2023 Produce Business 40 Under Forty Award Winner: Christina Stipe

Age: 37

Director of Produce Merchandising
Price Chopper/Market 32 (Northeast Shared Services)
Schenectady, NY

Hometown: Albany, NY
Hobbies: Softball, Bowling, DIY
Family/Community: Married, 3 children, Youth baseball coach
Motto in life: “It is never wrong to do the right thing.” — Mark Twain

After her first procurement role at TransWorld Entertainment, she joined the Price Chopper team in 2010 as a part of the asset management team. In 2011, she was promoted to junior category manager and then category manager. Over the next five years, she had the opportunity to manage various desks including the HBC, non-foods, and DSD categories before being promoted to director of center store merchandising. In 2016, she transitioned to the director of own brands role, where she had responsibility for both center store and fresh department own brand programming.

After spending two years focusing on developing the company’s PICS and Market 32 brands, she officially joined the fresh merchandising team as director of produce. Most recently, her team implemented a strategic pricing program to focus on driving case volume and value to customers while simultaneously executing an extensive merchandising initiative in nearly half of the fleet.

Q: How did you begin working in the produce industry?
Almost five years ago, I was fortunate enough to join the produce team after spending most of my career on the center store side of the grocery business. My background was heavily focused on analytics, and I was initially very excited to see what I could contribute to the team. It didn’t take long though for me to realize the real draw to produce — the people.

Q: What aspect of the business challenged you the most early on?
Having joined the team in 2018, I almost immediately was exposed to several challenging circumstances in a relatively short amount of time. Total market product withdrawals, a global pandemic, and continued weather-related impacts to crops often made for some creative learning opportunities. It was in those challenges, though, that the true resiliency of the produce industry shone through and fostered an environment to lean on each other to successfully get to the other side.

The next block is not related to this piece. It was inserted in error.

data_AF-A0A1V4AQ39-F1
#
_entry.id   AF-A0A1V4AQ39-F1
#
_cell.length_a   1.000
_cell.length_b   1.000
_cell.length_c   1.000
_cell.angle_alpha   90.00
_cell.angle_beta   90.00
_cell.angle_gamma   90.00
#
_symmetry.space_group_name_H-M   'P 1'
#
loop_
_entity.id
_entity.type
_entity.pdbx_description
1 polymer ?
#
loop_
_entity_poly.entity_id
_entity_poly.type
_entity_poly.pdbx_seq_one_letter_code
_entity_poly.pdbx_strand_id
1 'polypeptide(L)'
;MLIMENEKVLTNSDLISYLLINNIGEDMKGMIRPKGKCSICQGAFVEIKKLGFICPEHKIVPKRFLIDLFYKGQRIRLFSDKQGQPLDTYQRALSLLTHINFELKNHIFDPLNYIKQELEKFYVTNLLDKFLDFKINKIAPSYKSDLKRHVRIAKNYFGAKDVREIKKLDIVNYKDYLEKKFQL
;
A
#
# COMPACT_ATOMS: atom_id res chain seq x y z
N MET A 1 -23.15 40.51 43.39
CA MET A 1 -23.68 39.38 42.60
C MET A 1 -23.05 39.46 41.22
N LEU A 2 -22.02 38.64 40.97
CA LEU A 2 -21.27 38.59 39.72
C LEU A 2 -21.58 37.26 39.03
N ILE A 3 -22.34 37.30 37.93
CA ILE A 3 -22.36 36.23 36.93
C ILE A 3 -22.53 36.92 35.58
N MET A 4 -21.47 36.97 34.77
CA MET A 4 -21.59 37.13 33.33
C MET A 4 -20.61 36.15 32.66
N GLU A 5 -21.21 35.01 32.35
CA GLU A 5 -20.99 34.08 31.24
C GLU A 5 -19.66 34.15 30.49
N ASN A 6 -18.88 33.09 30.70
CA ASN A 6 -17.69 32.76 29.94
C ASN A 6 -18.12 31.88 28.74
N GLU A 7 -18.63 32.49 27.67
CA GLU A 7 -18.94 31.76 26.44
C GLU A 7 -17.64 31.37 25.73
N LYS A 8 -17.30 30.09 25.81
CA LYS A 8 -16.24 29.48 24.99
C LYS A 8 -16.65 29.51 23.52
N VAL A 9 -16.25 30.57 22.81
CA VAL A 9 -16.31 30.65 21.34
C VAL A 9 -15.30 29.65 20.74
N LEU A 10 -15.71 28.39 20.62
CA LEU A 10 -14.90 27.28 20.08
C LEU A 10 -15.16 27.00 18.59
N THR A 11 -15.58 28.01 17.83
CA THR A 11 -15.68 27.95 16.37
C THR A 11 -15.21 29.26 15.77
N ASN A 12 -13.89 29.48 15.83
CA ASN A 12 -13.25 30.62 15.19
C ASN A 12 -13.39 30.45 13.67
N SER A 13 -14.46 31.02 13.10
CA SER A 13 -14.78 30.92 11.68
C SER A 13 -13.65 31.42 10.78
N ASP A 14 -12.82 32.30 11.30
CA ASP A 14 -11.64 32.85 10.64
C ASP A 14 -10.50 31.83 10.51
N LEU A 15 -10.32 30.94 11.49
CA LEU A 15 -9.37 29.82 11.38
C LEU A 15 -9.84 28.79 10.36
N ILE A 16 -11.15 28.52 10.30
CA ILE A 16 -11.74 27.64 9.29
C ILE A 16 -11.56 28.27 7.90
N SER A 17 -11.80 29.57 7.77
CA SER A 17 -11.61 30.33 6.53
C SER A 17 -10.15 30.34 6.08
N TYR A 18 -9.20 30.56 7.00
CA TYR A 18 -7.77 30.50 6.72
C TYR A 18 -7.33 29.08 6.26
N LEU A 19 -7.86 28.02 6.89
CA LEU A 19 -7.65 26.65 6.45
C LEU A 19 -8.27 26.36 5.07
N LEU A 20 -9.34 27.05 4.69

Q: What would you like consumers to know about the industry?
I would like consumers to know more about the complexity and intricacies of the produce supply chain. It truly is a global, team effort to source top-grade produce throughout the year.

Q: What are some ways we can increase produce consumption at the point of sale?
Increasing produce consumption hinges on our ability to provide options that are fun, provide value, and are relevant in our customers’ daily lives. Certainly, value translates to saving consumers money, but value also is making sure that the quality of produce delivers value through reducing waste. Value is saving time and providing solutions. Showing families that fruits and vegetables aren’t just good for you, but that they can be fun, engaging and delicious will create produce lovers for generations to come.

Q: What do you see as a critical issue facing the industry in the next decade and why?
I would categorize supply chain resiliency as a critical issue for us in the next decade, particularly when it comes to weather-related events. We have all seen firsthand the impacts of droughts and flooding in growing regions and the havoc that it plays on quality, availability, and cost inflation. The recent growth of controlled environment agriculture (CEA), while impressive, will need to see significant strides for the scale of expansion to match the demand for fresh fruits and vegetables.